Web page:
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Patterns of labor productivity and income diversification – Empirical evidence from Uganda and Nigeria

Abdoulaye I. Djido and Bekele A. Shiferaw

World Development, 2018, vol. 105, issue C, 416-427

Abstract: The labor productivity gap and differentials within and between farm and non-farm sectors is the key to understanding household income diversification patterns. This study shows that the labor productivity gap between farm and non-farm sectors attenuates after controlling for labor intensity. Within agriculture, there are no productivity gaps between staple and high value crops. This provides some evidence of underemployment in agriculture and employment gaps between the farm and non-farm sectors. In addition, diversification into and within farm and non-farm sectors is positively correlated with labor productivity in the specific sector. Diversification into non-farm activities may, however, reduce farm labor productivity and requires policies that reduce such tradeoffs in the transformation process. In addition, the pathways linking income diversification and labor productivity are complex and non-linear. In Uganda, income diversification is higher among resource-poor households (with limited family labor, land, and livestock) in rural areas away from main roads or urban centers. In Nigeria, diversification is higher for male-headed households with productive assets (family labor and land) and in areas closer to markets and urban centers.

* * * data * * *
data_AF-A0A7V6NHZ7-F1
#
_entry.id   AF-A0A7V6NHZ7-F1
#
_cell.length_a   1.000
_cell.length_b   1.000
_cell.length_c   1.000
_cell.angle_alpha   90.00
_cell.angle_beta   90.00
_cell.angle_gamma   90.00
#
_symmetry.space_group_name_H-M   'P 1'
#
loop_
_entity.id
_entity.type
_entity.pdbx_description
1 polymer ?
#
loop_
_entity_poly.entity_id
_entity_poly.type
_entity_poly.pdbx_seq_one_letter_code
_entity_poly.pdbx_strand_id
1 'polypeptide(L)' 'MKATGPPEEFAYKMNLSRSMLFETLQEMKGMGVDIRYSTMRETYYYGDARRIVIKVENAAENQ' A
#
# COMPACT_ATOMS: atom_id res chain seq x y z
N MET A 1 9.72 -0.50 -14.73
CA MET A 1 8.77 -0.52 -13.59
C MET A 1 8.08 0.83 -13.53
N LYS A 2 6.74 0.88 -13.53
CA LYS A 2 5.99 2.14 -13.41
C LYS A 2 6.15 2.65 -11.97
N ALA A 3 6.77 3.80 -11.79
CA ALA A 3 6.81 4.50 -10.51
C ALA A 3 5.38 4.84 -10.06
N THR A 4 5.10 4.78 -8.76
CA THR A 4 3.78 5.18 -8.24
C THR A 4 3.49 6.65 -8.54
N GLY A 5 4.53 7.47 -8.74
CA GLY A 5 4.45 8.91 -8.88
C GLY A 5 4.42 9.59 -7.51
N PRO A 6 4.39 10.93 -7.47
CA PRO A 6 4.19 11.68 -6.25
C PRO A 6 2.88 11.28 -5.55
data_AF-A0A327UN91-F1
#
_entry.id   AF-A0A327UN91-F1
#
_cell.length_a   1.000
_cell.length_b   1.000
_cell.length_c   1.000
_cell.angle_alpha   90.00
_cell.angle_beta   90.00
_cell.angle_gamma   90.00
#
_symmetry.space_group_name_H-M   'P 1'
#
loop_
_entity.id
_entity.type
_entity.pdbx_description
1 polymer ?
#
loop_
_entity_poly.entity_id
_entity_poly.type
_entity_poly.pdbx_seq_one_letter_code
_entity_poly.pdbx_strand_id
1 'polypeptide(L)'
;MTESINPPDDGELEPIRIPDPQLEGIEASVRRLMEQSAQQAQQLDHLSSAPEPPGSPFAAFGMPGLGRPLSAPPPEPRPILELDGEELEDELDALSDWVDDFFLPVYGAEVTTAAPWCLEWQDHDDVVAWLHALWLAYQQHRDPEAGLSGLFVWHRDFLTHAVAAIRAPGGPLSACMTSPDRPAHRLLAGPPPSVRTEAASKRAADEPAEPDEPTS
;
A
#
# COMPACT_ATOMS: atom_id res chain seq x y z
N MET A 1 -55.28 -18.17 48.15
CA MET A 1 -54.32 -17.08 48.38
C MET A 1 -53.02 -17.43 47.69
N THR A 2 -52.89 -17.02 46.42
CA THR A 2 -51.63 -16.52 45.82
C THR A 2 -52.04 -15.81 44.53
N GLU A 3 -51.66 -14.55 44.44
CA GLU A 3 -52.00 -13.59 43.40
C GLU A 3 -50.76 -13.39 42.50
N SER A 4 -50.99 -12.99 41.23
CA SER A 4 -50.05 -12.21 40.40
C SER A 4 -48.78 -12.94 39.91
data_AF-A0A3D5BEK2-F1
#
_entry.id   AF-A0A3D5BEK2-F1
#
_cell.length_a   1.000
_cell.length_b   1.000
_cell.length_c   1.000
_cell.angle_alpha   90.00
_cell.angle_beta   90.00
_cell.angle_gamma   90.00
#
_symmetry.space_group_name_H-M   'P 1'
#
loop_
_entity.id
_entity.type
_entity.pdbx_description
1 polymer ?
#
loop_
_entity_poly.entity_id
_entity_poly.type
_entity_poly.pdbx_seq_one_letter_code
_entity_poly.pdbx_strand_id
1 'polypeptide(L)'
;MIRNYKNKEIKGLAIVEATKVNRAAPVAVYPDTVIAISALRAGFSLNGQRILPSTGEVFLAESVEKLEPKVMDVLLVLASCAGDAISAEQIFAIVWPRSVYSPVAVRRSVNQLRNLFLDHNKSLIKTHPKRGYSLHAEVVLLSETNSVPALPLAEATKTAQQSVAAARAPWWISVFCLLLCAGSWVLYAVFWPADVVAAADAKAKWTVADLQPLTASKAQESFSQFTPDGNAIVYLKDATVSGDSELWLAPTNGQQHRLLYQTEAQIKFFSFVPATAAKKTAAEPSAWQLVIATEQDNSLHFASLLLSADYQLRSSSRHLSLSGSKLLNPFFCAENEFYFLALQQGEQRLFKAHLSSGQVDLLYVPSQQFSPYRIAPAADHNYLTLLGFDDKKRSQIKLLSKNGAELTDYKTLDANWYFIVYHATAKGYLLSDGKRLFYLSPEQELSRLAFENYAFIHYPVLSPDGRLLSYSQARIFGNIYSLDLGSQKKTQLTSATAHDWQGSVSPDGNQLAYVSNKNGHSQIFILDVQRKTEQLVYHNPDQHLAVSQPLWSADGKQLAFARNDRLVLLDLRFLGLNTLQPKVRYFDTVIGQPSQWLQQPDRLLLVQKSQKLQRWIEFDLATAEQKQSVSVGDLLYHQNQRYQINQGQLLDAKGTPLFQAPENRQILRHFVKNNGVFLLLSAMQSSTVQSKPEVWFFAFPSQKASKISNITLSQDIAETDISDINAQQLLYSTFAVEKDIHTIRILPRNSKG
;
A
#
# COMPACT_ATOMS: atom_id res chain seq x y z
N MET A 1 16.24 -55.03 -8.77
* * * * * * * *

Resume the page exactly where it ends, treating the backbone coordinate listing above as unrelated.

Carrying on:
Keywords: Labor productivity; Income diversification; Farm and non-farm sectors; Uganda; Nigeria (search for similar items in EconPapers)
Date: 2018
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